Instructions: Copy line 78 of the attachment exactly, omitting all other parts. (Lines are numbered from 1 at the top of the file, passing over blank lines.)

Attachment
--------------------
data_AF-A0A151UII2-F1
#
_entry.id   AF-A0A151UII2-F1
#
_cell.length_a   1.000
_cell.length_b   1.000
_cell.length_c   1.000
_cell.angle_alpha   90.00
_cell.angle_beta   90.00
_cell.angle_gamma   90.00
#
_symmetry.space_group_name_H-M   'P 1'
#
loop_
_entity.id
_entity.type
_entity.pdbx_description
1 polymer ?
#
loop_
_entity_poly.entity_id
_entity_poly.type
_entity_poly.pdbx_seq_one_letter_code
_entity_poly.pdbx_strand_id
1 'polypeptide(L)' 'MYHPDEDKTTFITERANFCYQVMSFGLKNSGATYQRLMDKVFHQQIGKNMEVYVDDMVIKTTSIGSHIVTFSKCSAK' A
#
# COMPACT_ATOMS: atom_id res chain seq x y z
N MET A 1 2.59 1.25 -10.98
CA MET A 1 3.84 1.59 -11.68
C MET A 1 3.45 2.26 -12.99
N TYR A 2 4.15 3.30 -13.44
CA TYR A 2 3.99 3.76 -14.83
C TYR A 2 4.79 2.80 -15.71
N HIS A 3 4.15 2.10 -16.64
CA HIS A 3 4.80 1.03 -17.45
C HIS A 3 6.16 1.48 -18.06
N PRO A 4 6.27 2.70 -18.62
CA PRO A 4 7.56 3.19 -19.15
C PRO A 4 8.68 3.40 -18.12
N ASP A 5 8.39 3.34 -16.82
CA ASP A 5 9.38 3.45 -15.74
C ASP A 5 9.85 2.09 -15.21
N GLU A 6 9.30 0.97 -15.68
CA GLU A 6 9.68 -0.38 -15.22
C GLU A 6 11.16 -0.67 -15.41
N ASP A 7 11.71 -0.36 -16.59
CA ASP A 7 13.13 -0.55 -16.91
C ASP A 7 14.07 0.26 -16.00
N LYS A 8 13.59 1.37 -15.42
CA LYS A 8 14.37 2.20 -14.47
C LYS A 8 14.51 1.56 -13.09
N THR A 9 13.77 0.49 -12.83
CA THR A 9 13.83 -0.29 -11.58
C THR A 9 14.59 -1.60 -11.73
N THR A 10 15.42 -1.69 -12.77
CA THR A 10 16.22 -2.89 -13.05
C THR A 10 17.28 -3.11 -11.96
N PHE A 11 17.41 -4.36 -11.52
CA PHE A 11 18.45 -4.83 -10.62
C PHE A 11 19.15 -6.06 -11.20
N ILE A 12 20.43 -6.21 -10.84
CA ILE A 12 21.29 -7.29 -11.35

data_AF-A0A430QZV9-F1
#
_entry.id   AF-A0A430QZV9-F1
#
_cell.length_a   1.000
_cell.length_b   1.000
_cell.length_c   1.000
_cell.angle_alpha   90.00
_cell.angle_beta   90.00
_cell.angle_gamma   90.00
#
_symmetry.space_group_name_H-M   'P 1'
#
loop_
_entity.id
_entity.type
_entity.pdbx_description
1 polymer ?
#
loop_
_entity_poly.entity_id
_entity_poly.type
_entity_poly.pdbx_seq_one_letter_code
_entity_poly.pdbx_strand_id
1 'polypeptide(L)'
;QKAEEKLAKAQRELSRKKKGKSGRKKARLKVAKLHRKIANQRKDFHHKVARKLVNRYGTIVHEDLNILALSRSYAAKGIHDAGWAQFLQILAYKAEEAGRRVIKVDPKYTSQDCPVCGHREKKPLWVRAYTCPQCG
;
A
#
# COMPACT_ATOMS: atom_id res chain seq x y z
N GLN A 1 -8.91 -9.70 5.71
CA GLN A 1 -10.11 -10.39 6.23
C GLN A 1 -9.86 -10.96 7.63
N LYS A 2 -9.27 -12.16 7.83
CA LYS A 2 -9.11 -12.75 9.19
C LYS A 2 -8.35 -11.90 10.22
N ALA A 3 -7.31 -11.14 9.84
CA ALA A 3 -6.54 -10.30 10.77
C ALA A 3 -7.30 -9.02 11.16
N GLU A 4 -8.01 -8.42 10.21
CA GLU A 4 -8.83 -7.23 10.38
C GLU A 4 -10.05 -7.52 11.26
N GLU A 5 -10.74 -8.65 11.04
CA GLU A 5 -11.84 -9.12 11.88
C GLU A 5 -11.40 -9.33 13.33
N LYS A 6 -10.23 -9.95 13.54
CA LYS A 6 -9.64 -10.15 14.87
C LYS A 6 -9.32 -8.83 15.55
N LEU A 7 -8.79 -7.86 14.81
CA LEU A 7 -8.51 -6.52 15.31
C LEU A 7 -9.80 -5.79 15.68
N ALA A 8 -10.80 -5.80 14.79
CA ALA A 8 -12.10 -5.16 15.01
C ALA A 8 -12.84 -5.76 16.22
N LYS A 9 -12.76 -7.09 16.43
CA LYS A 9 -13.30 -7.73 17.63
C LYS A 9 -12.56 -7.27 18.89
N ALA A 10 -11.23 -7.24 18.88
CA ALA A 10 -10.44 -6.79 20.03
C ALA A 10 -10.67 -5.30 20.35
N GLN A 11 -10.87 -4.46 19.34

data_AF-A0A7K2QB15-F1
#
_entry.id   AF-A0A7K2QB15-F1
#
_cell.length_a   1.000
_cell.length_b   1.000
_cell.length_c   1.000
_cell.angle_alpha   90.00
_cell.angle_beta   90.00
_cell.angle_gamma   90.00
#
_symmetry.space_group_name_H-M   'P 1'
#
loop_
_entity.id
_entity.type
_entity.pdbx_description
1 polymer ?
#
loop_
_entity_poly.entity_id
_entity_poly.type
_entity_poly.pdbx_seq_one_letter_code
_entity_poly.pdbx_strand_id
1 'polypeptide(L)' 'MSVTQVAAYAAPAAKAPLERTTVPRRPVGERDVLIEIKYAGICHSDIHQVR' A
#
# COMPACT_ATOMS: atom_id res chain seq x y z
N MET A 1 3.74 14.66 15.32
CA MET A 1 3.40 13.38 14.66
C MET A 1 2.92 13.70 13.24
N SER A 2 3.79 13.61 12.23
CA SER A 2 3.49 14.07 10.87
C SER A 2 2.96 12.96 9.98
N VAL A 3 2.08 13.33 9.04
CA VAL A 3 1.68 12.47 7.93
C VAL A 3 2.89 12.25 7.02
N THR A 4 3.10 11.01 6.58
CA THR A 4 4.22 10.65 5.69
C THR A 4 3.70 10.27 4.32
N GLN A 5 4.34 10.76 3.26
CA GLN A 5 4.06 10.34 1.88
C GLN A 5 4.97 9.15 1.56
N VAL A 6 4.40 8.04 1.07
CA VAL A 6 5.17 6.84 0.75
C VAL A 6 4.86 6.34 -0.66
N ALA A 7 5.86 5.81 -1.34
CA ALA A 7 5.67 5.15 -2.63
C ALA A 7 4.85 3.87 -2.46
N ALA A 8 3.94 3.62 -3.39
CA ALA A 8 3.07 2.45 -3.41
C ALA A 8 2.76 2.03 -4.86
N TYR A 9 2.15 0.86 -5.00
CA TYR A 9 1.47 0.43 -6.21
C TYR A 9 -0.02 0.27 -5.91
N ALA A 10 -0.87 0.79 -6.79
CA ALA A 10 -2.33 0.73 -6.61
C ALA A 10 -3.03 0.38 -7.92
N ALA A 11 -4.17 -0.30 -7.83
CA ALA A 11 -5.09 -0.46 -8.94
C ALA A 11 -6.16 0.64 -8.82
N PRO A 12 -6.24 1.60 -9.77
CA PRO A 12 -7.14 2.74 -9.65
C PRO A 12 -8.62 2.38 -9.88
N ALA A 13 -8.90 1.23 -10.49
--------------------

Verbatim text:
_entity.type